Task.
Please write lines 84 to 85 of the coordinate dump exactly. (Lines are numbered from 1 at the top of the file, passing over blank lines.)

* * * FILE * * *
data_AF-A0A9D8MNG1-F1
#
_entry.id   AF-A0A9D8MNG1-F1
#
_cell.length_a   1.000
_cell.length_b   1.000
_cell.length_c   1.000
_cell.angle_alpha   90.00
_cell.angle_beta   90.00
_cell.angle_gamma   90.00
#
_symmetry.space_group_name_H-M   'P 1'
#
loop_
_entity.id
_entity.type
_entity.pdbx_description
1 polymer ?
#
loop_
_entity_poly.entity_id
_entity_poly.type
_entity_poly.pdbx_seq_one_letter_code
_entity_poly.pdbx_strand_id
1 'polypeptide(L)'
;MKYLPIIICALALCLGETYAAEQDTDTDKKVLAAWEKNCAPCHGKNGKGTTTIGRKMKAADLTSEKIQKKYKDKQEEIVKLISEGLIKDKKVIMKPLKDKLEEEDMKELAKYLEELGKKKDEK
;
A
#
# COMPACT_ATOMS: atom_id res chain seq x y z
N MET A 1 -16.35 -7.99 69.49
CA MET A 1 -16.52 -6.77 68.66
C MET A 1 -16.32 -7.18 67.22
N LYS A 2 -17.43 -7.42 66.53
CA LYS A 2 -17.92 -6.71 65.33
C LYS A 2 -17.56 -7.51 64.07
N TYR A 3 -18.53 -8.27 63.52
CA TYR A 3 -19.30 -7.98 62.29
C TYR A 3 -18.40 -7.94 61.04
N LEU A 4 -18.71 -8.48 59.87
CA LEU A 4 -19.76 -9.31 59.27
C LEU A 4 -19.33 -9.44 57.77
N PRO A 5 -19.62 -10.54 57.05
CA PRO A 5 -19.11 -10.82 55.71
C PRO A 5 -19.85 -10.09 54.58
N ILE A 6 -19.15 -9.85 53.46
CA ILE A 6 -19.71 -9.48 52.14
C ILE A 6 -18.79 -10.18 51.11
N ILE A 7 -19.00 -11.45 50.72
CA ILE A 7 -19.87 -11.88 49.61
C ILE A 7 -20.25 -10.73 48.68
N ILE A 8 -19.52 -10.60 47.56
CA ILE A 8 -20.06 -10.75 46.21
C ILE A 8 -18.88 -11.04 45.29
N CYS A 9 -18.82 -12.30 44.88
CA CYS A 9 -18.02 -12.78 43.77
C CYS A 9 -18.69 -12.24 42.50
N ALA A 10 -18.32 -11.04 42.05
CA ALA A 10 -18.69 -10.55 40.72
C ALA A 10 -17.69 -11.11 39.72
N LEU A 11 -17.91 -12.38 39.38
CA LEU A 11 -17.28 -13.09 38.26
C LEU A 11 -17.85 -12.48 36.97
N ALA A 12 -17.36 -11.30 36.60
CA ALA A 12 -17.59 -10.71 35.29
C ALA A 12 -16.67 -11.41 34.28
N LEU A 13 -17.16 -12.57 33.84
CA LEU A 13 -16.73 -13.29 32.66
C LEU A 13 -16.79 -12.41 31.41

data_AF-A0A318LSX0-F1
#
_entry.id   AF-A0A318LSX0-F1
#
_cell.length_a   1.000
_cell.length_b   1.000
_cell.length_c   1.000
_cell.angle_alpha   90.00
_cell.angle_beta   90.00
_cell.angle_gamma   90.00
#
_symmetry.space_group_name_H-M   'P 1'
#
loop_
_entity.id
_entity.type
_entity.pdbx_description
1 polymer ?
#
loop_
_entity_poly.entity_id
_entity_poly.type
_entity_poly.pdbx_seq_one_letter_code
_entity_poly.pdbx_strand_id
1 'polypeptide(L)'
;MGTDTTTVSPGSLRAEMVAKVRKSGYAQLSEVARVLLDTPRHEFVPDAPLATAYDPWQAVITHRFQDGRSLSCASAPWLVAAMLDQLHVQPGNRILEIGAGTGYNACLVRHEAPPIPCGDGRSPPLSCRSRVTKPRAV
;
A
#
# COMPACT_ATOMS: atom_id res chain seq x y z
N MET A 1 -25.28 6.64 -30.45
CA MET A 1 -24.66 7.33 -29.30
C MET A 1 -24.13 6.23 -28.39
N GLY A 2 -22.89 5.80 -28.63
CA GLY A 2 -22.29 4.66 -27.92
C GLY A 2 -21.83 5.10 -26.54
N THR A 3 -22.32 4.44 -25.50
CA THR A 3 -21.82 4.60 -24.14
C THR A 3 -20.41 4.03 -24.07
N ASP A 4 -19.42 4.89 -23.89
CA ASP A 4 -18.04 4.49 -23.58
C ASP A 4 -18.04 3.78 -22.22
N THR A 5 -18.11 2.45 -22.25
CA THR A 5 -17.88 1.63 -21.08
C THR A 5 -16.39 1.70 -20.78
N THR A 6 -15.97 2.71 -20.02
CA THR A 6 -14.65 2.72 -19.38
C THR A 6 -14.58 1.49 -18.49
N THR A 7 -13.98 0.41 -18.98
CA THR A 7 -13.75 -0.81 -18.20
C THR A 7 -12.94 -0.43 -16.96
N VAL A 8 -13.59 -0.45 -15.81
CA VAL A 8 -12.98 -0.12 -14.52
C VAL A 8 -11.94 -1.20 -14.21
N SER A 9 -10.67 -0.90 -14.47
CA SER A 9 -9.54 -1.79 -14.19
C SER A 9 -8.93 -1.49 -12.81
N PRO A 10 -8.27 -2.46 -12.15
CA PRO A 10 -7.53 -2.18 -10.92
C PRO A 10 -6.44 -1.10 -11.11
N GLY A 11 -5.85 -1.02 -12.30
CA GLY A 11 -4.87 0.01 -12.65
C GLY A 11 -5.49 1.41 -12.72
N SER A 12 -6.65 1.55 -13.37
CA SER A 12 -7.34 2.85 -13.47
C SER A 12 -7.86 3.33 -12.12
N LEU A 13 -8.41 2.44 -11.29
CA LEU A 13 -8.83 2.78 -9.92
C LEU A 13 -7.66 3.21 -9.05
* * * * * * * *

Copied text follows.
_entity.id
_entity.type